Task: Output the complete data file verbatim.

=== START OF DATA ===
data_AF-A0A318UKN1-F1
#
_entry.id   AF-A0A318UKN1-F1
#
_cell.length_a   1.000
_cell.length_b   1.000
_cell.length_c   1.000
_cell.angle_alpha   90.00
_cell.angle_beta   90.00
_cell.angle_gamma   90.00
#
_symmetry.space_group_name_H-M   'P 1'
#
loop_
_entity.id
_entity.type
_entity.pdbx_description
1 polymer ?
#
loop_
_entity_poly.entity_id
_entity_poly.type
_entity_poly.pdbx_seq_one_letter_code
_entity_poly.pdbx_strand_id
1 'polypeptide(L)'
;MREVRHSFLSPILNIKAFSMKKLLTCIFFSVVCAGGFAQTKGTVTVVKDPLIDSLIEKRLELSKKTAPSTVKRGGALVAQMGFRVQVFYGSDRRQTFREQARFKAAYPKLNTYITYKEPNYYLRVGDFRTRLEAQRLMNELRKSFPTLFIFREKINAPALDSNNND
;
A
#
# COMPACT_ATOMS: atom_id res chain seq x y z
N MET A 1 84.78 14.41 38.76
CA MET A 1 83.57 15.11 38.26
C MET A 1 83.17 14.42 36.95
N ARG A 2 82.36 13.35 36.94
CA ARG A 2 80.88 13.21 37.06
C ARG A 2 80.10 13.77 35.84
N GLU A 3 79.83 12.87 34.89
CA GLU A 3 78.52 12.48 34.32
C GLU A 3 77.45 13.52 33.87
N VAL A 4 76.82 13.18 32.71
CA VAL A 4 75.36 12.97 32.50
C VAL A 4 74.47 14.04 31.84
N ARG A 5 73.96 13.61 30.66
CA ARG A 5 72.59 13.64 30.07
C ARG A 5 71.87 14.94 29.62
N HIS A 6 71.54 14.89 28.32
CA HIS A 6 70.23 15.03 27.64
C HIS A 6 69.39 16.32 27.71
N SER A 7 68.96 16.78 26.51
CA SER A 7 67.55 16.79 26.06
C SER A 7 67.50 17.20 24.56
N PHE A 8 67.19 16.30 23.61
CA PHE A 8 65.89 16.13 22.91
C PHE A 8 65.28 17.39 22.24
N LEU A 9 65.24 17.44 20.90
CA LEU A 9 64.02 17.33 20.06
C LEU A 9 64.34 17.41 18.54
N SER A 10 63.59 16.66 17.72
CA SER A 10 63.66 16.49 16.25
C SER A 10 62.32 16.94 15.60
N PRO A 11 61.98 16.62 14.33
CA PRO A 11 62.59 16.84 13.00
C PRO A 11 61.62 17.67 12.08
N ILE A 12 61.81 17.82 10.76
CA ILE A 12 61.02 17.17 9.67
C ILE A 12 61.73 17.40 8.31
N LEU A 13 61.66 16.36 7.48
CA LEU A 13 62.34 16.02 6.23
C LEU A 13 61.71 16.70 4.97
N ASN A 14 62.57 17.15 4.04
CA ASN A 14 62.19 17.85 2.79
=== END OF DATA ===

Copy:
data_AF-A0A318UKN1-F1
#
_entry.id   AF-A0A318UKN1-F1
#
_cell.length_a   1.000
_cell.length_b   1.000
_cell.length_c   1.000
_cell.angle_alpha   90.00
_cell.angle_beta   90.00
_cell.angle_gamma   90.00
#
_symmetry.space_group_name_H-M   'P 1'
#
loop_
_entity.id
_entity.type
_entity.pdbx_description
1 polymer ?
#
loop_
_entity_poly.entity_id
_entity_poly.type
_entity_poly.pdbx_seq_one_letter_code
_entity_poly.pdbx_strand_id
1 'polypeptide(L)'
;MREVRHSFLSPILNIKAFSMKKLLTCIFFSVVCAGGFAQTKGTVTVVKDPLIDSLIEKRLELSKKTAPSTVKRGGALVAQMGFRVQVFYGSDRRQTFREQARFKAAYPKLNTYITYKEPNYYLRVGDFRTRLEAQRLMNELRKSFPTLFIFREKINAPALDSNNND
;
A
#
# COMPACT_ATOMS: atom_id res chain seq x y z
N MET A 1 84.78 14.41 38.76
CA MET A 1 83.57 15.11 38.26
C MET A 1 83.17 14.42 36.95
N ARG A 2 82.36 13.35 36.94
CA ARG A 2 80.88 13.21 37.06
C ARG A 2 80.10 13.77 35.84
N GLU A 3 79.83 12.87 34.89
CA GLU A 3 78.52 12.48 34.32
C GLU A 3 77.45 13.52 33.87
N VAL A 4 76.82 13.18 32.71
CA VAL A 4 75.36 12.97 32.50
C VAL A 4 74.47 14.04 31.84
N ARG A 5 73.96 13.61 30.66
CA ARG A 5 72.59 13.64 30.07
C ARG A 5 71.87 14.94 29.62
N HIS A 6 71.54 14.89 28.32
CA HIS A 6 70.23 15.03 27.64
C HIS A 6 69.39 16.32 27.71
N SER A 7 68.96 16.78 26.51
CA SER A 7 67.55 16.79 26.06
C SER A 7 67.50 17.20 24.56
N PHE A 8 67.19 16.30 23.61
CA PHE A 8 65.89 16.13 22.91
C PHE A 8 65.28 17.39 22.24
N LEU A 9 65.24 17.44 20.90
CA LEU A 9 64.02 17.33 20.06
C LEU A 9 64.34 17.41 18.54
N SER A 10 63.59 16.66 17.72
CA SER A 10 63.66 16.49 16.25
C SER A 10 62.32 16.94 15.60
N PRO A 11 61.98 16.62 14.33
CA PRO A 11 62.59 16.84 13.00
C PRO A 11 61.62 17.67 12.08
N ILE A 12 61.81 17.82 10.76
CA ILE A 12 61.02 17.17 9.67
C ILE A 12 61.73 17.40 8.31
N LEU A 13 61.66 16.36 7.48
CA LEU A 13 62.34 16.02 6.23
C LEU A 13 61.71 16.70 4.97
N ASN A 14 62.57 17.15 4.04
CA ASN A 14 62.19 17.85 2.79